Fed chair Jerome Powell thinks the only thing worse than stubborn inflation is the central bank loosen up at the wrong time.

In testimony before the Senate Banking Committee, Powell said the Fed is in wait-and-see mode as policymakers continue to monitor price trends. According to him, the central bank needs “more good data” to feel confident.

“Elevated inflation is not the only risk we face,” Powell said. Cutting rates too soon could reignite inflation while “reducing policy restraint too late or too little could unduly weaken economic activity and employment.”

Powell recently acknowledged that the U.S. economy is “getting back on a disinflationary path” after the Fed’s most trusted inflation gauge—the core Personal Consumption Expenditures—dropped to the lowest level since 2020.

The central bank's current undertaking is a careful balancing act, attempting to cool inflation without tipping the economy into a recession.

Will a slowing economy fall into recession?

The Fed’s actions (or lack thereof) have fueled speculation about whether policymakers have inadvertently already pushed the economy down a recessionary path.

Last week, a closely watched indicator of the U.S. service economy posted its biggest monthly drop in four years. Given that services account for more than 77% of U.S. GDP, this is a huge red flag, economists warned.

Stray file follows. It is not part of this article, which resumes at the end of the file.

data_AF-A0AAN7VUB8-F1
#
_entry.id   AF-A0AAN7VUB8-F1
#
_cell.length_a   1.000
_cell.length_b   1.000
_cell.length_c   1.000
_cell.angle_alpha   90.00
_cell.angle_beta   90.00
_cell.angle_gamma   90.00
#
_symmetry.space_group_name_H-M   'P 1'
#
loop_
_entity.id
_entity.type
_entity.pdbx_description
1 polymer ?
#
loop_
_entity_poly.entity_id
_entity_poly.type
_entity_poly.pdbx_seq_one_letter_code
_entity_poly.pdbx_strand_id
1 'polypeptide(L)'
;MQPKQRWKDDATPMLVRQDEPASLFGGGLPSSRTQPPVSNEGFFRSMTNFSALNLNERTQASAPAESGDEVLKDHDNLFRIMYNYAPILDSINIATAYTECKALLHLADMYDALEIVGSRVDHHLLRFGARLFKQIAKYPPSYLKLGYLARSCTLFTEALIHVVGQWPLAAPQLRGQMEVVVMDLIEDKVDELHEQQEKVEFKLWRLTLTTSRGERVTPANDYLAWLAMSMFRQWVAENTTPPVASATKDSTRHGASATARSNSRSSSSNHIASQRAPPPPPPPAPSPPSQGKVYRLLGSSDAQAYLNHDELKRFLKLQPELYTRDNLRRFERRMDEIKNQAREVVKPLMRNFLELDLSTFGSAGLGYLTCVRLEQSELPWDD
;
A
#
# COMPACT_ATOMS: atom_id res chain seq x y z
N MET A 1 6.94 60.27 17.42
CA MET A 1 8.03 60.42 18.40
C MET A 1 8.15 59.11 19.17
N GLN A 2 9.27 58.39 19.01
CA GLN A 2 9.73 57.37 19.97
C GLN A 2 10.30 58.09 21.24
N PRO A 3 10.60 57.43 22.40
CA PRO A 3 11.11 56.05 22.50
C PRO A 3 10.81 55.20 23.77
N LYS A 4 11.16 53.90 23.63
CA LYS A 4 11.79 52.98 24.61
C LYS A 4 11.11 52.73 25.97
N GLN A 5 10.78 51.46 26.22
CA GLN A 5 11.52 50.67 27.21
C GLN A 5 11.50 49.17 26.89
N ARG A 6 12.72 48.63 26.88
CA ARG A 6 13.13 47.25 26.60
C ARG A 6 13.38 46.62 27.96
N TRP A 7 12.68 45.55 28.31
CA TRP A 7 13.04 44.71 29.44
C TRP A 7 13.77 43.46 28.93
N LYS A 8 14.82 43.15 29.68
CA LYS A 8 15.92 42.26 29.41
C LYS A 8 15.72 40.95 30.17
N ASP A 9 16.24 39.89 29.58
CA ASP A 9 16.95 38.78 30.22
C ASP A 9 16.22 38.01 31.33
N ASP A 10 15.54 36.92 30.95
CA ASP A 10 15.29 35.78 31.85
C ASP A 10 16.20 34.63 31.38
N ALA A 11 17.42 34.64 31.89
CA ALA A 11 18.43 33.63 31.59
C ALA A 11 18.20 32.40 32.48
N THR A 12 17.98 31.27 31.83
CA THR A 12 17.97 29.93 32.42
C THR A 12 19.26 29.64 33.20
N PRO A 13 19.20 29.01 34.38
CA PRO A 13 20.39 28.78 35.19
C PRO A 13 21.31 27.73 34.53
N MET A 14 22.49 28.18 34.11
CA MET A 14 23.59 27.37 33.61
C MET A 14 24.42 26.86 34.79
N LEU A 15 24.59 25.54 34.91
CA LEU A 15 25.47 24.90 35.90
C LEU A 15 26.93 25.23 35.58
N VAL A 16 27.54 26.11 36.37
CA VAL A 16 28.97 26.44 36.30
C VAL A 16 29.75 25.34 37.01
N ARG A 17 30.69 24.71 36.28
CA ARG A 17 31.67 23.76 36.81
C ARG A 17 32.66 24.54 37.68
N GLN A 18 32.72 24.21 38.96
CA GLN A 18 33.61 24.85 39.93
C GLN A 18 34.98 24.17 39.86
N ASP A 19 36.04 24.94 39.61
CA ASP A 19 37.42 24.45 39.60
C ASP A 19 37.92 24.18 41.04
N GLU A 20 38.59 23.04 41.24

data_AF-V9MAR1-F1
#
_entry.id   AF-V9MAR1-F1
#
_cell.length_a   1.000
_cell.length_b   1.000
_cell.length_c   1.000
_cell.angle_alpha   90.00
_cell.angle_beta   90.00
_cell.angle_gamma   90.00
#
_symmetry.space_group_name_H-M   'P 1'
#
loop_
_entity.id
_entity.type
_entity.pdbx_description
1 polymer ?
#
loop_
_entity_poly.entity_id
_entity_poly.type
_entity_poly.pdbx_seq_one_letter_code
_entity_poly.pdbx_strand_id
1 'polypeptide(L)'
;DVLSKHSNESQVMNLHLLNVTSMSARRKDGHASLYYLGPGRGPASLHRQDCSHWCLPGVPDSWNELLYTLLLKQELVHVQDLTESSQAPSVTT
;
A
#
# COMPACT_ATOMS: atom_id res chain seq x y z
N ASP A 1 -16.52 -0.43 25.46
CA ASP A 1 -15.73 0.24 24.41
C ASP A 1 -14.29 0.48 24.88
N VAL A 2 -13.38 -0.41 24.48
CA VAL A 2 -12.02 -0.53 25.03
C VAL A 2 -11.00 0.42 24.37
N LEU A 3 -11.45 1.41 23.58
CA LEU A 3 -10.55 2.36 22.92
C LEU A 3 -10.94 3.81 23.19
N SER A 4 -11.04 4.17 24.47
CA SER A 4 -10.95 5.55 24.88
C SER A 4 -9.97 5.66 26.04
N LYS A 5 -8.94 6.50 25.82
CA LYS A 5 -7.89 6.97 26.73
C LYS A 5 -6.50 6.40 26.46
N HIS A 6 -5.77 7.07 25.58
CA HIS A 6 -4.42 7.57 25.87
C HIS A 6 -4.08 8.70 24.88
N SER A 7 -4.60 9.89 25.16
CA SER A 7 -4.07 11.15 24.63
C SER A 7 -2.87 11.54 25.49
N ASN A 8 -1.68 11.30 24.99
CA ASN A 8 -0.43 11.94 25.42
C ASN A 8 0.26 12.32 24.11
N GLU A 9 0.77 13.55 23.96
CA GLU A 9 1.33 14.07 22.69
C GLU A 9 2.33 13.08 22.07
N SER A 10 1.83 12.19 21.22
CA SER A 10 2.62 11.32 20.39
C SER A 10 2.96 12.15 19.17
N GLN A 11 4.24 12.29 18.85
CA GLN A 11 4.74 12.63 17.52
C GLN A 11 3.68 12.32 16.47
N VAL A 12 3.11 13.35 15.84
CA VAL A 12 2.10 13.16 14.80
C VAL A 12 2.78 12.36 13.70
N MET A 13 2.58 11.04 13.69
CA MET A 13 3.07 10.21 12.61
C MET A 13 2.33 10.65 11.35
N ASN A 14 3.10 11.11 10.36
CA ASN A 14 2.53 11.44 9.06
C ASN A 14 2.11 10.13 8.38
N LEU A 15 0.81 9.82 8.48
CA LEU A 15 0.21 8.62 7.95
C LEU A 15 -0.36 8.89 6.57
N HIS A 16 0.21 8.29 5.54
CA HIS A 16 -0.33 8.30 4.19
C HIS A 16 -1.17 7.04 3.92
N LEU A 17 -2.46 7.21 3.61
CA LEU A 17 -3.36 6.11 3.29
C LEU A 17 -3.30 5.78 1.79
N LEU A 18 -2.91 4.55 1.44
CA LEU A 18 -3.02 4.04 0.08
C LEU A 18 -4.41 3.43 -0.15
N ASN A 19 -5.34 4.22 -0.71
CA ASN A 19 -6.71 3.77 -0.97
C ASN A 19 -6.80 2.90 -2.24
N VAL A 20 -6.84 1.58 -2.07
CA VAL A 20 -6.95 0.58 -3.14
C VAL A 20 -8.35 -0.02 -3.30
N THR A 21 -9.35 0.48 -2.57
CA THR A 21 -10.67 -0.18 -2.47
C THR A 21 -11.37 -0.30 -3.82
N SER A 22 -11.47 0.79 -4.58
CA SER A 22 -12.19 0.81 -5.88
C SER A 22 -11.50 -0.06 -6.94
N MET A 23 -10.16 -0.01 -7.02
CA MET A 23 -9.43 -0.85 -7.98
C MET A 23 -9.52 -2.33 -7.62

“This latest data release is consistent with growing evidence of what I have noted in recent weeks [...] the U.S. economy is slowing faster than most expect, including the Federal Reserve,” wrote Queens’ College president Mohamed El-Erian.

Meanwhile, analysts at Capital Economics warned that weakness in the job market has put the U.S. “one step closer to triggering the Sahm Rule,” which signals the start of a recession.

Economists at Citi Research see the writing on the wall and think the Fed will have no choice but to cut interest rates aggressively beginning in September.

Citi analysts led by economist Andrew Hollenhorst believe the Fed will cut rates eight times in a row beginning in September, which would bring the federal funds rate down to 3.5% by July 2025.

Despite Powell’s wait-and-see approach, the central bank is widely expected to start cutting rates in September. According to CME Group’s FedWatch Tool, traders see a more than 73% chance of a rate cut in September.